In two television series (“Eastbound & Down” and “Vice Principals”) and two feature films (“The Foot Fist Way” and “Observe and Report”), writer/director Jody Hill and writer/star Danny McBride have created a devastatingly funny and increasingly relevant commentary on the curse of toxic masculinity. The Hill/McBride “hero” is, in most cases, a retrograde blowhard, dumb as a stump and proud as a peacock, the kind of forgotten man that was easy to dismiss until they put their alpha male into the Oval Office.
The specificity with which their best works address (and, to some extent, explain) the broken soul of the American man in the 2010s is, unfortunately, a quality that’s barely present in their latest collaboration – which is particularly disappointing, because they’ve selected such a juicy target. “The Legacy of a Whitetail Deer Hunter” concerns that most macho and yet inexplicable of American male traditions, sport hunting; its protagonist is Buck Ferguson (Josh Brolin), the gloriously mustached tracker of whitetail deer and star of the “Buck Fever” hunting DVDs, all faithfully shot by his right-hand man Don (McBride).
The buzzwords of the series are “fun, freedom, and family traditions,” though the latter is an illusion; Buck and his wife (Carrie Coon, wasted) divorced a couple of years back, and relations with his son Jaden (Montana Jordan) have grown strained. But Buck has a plan to fix all that, “a rite of passage as old as time”: He’ll take Jaden out to bag his first deer, and Don will capture it all. “Fly on the wall with the camera,” Buck tells his cameraman. “Me and Jordan are here to bond… This’ll be the greatest video we ever make.”
As you might expect, that’s not quite how it goes. Early on, they seem to have a perfect first kill lined up – and then it’s punctured by the blasting ring of Jaden’s cell phone, yet another call from his girlfriend back home. When Buck gently suggests he consider putting the phone away for a couple of days, his son is livid: “We’re each other’s support system!” The longer they’re together, the more they snipe; the more Buck insists on the importance of their trip, of preserving their bond, of passing on the rituals of the hunt, the less interested the boy becomes. “Ain’t like it’s gonna affect my life in any significant way,” he shrugs, not unreasonably.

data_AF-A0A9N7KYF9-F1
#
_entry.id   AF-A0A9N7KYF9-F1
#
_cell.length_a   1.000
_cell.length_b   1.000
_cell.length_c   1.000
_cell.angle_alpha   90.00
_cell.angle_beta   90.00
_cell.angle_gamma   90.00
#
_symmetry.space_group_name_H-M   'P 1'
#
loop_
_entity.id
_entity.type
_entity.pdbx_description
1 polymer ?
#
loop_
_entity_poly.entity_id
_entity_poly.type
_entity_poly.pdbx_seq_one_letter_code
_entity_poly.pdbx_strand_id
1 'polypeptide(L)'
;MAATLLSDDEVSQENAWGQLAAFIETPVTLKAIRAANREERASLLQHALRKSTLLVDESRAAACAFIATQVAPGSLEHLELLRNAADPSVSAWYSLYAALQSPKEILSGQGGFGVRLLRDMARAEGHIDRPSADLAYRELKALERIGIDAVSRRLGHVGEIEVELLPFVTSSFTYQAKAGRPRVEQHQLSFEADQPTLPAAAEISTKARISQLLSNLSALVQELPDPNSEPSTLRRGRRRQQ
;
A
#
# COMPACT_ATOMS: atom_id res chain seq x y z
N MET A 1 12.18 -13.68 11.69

The script – which Hill and McBride penned with John Carcieri (a vet of “Eastbound” and “Vice Principals”) – also digs into the codependent relationship between Buck and Don, who is not only required to be a filmmaker, but a supporter and fan. It’s exhausting for poor Don, who floats the idea of retiring to Kentucky with his girlfriend; Buck says it’s a bad time. “Maybe in like a year or so, but probably not!” he growls. “Sounds good,” Don cheerily replies.
“Whitetail Deer” is primarily valuable as a showcase for Brolin’s considerable (and undervalued) comic chops – his timing is exquisite, and he gets all the way into this guy’s skin to find the outdated ideas and false bravado that fuels him. There’s a great bit in which he’s trying to pep-talk himself into crossing a flimsy rope bridge, and it’s a funny moment, but also the key to the entire character; he’s been bluffing so long, he’s bought into his own bullshit. In that way, he’s playing the role McBride usually takes himself; this time, as the put-upon sidekick, McBride get his laughs, but more often functions as the straight man. (He does that well, too.) Filling that function, he can also steal scenes left and right – in fact, his funniest moments come near the end, when he’s half-alive and half-delirious, his mumbled encouragements to the father and son (“Y’all just keep talkin’, I’m bleeedin’…”) nicely punctures their telegraphed heart-to-heart.
Hill fires off a couple of funny montages – none have the deliciously dirty kick of Ronnie’s descent into hell in “Observe and Report,” but then again, few things on this earth do – and the running gags are set up and paid off smoothly. But it’s an oddly chintzy-looking movie, particularly for one bearing the name of a major producer like Scott Rudin; the titles look cheap, and the flat cinematography rarely does right by the outdoor locations.
Not that it’ll matter much, in the long run – the final destination for “Whitetail Deer Hunter” is Netflix, and the fact that it’s landing there so long after its production (cameras rolled clear back in 2015) probably tells you all you need to know about its comparative quality. It’s yet another streaming “original” that’s best regarded as background noise, the kind of thing you’ll have on while folding clothes or checking Instagram, and it’ll pass the time just fine in that capacity.
But there are some real missed opportunities here. After several weeks of hearing about how common-sense gun laws would irreparably damage the sacred culture of hunting and the father-son bond it forges, it would’ve been nice to see this team (even accidentally, three years ago) taking a sledgehammer to that nonsense, as they have with authoritarianism and celebrity in their previous works. Instead, they almost seem to buy in, giving Buck an earnest speech about the appeal of hunting (“You fulfill your rightful place in nature,” he insists, “just for one moment”) which Brolin delivers so sincerely, it’s almost as if we’re supposed to believe him. It’s an odd moment of miscalculation in what’s otherwise merely a slight, forgettable picture.